Posts Tagged ‘Justin Verlander’

Prince Fielder won the derby with twenty-eight total home runs, four of which were the longest hit by any batter.  He and Ken Griffey, Jr. are the only players to have won multiple derbies.  Robinson Cano failed to hit any, which I enjoyed.

The National League somehow managed to win its third straight All-Star Game by a most embarrassing and humiliating score of eight-zip.  How that was even possible, I have no idea.  The American League seriously needs to step it up.  Fortunately it wasn’t the biggest run difference in the history of the All-Star Game.  The American League earned that when it beat the National League, 12-0, in 1946 at Fenway, of course.

They scored five runs in the first thanks to a two-run home run, a bases-clearing triple hit with the bases loaded, and an RBI single.  You can thank Justin Verlander for those; each of the American League pitchers pitched only one inning, but clearly his inning was by far the worst, ironically enough.  Why couldn’t he pitch like that when we’ve had to face him? He’s the third pitcher to give up at least five runs in at most one inning and the first to do it since 1983.  The last time an inning like this happened was in 2004, that most illustrious year, when the AL lit up the NL for six runs in the first.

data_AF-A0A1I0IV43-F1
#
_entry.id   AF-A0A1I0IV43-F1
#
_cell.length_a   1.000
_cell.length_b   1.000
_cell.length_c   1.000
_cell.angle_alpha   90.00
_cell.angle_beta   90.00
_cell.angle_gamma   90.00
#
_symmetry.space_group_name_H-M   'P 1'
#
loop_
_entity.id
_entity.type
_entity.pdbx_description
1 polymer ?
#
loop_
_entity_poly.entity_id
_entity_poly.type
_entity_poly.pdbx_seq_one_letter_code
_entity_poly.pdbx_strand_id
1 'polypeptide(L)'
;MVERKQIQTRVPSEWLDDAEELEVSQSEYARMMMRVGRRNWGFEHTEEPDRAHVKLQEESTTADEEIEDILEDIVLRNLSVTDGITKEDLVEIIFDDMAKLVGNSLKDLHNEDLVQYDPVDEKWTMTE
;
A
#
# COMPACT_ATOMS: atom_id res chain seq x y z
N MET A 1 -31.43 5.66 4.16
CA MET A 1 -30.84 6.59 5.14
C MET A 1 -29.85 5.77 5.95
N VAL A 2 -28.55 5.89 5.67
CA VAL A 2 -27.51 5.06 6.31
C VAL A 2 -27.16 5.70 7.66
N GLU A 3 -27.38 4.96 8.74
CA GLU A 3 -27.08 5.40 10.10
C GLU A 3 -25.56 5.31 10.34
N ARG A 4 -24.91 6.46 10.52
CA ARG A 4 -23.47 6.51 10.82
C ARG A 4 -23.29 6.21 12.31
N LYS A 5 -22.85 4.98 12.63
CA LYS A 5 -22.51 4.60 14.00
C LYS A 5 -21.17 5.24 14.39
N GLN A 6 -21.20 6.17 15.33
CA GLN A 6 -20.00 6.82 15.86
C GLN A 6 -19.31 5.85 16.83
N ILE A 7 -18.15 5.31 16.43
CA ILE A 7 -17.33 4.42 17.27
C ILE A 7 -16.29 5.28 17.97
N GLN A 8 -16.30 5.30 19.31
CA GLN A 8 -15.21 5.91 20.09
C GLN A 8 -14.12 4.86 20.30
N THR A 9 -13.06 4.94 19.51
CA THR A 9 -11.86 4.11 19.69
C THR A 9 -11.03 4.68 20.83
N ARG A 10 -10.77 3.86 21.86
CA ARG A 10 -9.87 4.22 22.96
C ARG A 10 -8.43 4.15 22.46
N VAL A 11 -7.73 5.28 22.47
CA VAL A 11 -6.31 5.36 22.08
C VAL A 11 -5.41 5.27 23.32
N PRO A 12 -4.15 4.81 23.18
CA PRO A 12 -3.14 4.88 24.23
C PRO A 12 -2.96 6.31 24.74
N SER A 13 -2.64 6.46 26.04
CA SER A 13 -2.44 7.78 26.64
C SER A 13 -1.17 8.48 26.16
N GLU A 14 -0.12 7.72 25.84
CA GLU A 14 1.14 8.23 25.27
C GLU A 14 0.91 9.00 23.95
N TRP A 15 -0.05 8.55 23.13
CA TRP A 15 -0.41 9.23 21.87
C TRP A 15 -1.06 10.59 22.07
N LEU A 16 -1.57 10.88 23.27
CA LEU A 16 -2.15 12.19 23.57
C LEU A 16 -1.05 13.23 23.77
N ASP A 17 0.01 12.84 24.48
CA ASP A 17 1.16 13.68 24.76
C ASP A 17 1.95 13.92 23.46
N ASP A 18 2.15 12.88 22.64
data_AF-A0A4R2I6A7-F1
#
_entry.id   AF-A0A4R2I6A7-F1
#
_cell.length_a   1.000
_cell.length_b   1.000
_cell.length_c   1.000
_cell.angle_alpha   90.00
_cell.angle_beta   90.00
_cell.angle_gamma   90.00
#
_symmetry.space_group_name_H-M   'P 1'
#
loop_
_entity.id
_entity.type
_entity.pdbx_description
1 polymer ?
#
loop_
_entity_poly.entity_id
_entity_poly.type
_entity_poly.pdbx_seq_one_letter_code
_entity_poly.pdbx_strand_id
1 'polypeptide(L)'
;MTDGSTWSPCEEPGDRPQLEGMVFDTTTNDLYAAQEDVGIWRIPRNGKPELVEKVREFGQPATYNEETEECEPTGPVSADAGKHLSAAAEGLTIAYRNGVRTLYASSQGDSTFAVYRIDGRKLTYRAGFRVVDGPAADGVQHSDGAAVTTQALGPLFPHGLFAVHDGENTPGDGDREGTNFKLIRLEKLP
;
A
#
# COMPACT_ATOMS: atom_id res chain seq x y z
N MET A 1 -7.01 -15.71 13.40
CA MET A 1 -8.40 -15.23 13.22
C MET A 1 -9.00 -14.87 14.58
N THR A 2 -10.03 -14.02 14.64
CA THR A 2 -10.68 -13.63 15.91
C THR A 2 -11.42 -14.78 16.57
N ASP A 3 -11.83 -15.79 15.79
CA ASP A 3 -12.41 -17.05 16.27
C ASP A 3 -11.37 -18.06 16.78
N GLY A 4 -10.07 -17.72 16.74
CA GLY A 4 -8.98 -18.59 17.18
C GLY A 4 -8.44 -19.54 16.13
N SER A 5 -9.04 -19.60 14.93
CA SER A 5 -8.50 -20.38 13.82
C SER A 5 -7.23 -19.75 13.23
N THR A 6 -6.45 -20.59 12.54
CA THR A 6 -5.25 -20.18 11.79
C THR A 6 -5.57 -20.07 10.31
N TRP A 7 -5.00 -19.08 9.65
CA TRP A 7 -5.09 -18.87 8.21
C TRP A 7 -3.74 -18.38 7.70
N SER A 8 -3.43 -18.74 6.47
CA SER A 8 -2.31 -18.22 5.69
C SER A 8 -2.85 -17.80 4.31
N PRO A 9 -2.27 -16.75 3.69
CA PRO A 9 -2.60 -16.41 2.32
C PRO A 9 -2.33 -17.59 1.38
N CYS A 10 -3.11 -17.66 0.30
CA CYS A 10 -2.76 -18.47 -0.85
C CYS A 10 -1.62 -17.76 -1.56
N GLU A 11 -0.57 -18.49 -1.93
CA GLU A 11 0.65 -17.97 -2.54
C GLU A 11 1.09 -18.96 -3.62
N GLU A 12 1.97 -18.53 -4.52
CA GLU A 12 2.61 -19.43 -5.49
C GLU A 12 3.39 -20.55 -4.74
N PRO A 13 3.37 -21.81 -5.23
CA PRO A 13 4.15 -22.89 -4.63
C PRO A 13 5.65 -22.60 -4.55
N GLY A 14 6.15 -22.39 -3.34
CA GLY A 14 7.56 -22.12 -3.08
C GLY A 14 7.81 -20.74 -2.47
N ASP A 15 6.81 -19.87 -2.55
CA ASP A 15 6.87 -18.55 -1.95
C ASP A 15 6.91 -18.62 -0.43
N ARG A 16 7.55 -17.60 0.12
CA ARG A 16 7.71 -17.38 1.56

They scored another three runs in the fourth thanks to an RBI single and another two-run home run.  You can thank Matt Harrison for those.